Both performers of the roles of Manrico do not deserve any criticism vocally, but Giorgi Oniani is less artistic than the second performer of the same role, Ahmed Agadi. Yefim Maizel’s dramatic vision requires a more organic expression on stage.
As Always, in This Verdi Opera, the Chorus Is Extremely Important
One of the many strong points of the Kazan Opera is the excellent chorus, led by Lyubov’ Draznina. In “Il Trovatore”, the chorus members are never static, and each singer is playing a role. After all, Maizel is a representative of the St. Petersburg stage director’s school. There, it is considered an important goal to have the chorus, as a collection of unique individuals, characterize and carry the major themes of the production.
The last decade and a half for the TGAT Opera and Ballet Theatre has been marked by very strong directorial work both in ballet and in opera. But the production of Yefim Maizel probably stands slightly apart from the other super successful productions. Perhaps the uniqueness is because of the combination of both the Russian psychological school of stage direction, where the character is perfectly developed both vocally and dramatically, and of the ironclad logic of story development, characteristic of the West.
"Il Trovatore" Is a Successful Synthesis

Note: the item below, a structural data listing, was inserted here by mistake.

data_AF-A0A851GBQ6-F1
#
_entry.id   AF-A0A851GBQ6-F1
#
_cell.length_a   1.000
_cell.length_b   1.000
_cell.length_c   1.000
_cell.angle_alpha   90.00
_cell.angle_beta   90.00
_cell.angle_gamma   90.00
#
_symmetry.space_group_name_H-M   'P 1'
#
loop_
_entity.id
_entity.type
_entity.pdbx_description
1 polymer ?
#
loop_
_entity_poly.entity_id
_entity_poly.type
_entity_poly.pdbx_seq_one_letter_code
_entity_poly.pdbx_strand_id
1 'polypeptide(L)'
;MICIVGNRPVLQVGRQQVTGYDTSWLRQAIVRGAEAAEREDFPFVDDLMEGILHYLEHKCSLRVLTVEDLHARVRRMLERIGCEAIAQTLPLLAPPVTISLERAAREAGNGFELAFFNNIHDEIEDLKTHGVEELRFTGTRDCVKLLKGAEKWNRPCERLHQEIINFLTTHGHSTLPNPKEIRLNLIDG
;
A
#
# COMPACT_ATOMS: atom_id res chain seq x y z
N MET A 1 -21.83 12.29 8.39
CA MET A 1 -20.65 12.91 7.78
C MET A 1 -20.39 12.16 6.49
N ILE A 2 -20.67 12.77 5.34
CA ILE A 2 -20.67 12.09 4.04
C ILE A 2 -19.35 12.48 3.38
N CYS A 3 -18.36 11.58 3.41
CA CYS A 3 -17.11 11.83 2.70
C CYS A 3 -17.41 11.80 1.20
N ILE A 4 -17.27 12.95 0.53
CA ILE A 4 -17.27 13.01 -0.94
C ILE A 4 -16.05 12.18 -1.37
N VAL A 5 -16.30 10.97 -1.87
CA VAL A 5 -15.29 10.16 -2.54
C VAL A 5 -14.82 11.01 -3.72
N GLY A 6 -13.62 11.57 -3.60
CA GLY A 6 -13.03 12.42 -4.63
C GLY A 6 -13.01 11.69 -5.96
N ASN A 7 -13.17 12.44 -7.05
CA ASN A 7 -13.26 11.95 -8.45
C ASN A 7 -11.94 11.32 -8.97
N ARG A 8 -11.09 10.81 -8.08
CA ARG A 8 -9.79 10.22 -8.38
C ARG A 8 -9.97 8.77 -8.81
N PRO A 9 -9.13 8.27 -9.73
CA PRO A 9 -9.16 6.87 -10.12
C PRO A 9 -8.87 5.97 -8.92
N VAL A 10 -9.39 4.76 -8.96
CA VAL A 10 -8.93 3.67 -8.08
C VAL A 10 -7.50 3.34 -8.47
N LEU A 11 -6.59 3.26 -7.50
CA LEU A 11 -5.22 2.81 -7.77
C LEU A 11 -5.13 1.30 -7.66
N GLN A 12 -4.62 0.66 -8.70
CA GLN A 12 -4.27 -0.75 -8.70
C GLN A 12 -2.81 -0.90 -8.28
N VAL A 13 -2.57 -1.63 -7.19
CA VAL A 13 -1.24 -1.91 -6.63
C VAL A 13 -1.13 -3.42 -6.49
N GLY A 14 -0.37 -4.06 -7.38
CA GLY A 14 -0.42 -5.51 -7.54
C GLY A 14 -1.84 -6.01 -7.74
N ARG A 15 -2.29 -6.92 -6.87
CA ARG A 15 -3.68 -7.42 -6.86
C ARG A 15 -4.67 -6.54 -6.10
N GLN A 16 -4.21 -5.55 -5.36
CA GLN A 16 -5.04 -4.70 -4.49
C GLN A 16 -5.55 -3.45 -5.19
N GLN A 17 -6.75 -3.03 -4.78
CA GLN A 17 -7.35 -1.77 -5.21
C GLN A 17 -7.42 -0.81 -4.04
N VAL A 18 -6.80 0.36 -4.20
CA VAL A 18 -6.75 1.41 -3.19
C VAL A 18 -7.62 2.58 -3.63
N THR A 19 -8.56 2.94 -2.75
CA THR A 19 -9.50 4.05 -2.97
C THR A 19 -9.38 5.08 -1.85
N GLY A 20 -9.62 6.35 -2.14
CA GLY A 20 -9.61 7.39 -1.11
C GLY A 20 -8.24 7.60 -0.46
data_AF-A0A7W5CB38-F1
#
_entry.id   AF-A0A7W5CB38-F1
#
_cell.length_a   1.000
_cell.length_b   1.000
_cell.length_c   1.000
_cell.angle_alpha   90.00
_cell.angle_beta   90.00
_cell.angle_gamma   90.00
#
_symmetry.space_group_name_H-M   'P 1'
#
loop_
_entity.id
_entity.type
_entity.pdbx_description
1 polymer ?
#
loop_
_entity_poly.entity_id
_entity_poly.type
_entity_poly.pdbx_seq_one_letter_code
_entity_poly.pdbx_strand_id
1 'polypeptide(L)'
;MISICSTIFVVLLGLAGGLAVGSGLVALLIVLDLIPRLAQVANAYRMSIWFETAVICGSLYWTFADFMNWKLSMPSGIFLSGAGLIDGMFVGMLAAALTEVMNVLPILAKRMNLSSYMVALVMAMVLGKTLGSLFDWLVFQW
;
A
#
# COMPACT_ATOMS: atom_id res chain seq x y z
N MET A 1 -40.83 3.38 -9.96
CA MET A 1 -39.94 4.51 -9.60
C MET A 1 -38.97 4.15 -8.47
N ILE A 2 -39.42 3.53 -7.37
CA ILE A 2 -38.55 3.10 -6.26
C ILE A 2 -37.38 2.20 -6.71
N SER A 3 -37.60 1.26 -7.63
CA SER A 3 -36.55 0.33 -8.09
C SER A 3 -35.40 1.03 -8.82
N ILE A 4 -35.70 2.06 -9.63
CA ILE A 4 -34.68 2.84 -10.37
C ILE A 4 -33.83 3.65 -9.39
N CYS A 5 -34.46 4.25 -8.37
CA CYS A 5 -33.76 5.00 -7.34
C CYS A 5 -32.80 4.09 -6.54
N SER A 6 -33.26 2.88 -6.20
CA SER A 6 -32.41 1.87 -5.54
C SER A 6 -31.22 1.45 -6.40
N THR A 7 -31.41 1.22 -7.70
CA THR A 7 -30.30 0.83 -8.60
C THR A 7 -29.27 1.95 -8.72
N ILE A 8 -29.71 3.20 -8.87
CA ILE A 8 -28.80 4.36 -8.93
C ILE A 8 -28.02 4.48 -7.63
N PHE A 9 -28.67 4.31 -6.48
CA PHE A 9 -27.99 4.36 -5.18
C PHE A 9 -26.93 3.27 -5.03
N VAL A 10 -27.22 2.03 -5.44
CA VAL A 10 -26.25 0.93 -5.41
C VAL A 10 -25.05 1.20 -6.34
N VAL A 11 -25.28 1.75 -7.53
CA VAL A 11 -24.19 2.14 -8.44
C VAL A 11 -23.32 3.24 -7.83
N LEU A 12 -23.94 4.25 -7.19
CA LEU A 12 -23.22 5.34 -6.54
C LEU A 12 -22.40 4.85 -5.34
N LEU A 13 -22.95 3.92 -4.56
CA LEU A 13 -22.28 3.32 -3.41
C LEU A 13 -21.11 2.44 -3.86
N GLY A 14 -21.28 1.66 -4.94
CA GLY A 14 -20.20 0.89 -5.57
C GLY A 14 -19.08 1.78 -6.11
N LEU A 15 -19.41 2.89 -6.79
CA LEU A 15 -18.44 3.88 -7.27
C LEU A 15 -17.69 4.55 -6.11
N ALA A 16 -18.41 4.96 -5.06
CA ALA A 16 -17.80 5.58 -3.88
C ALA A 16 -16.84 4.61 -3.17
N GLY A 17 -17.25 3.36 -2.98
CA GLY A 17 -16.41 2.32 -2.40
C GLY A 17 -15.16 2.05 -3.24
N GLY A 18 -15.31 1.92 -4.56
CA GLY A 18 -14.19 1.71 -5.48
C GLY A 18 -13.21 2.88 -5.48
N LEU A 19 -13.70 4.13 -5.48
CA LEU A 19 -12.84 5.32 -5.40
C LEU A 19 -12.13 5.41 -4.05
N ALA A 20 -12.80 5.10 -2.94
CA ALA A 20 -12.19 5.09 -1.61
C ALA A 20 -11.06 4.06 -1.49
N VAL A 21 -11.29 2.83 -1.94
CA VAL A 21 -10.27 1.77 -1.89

“Il Trovatore” is a successful synthesis of the stage director’s musical interpretation and theatrical ideas, plus a successful selection of artists for all roles. Performers had fresh voices and strong acting ability.
Kazan’s “Il Trovatore” leaves a somewhat dark aftertaste. When you come out of the auditorium, the story of these people, so affected by the spell of fire and darkness in their souls, does not leave us alone. One thinks about it later and for a very long time. And that is very valuable in the theater.
Perhaps someone will consider it a paradox, but Kazan’s “Il Trovatore” can really and truly be put next to the same program at the Metropolitan Opera, which later I succeeded in watching as a recording.
And let’s repeat ourselves: with equal artistic merits, these productions are very different in budgets. Well, just fundamentally different. But anything can happen in Russia ...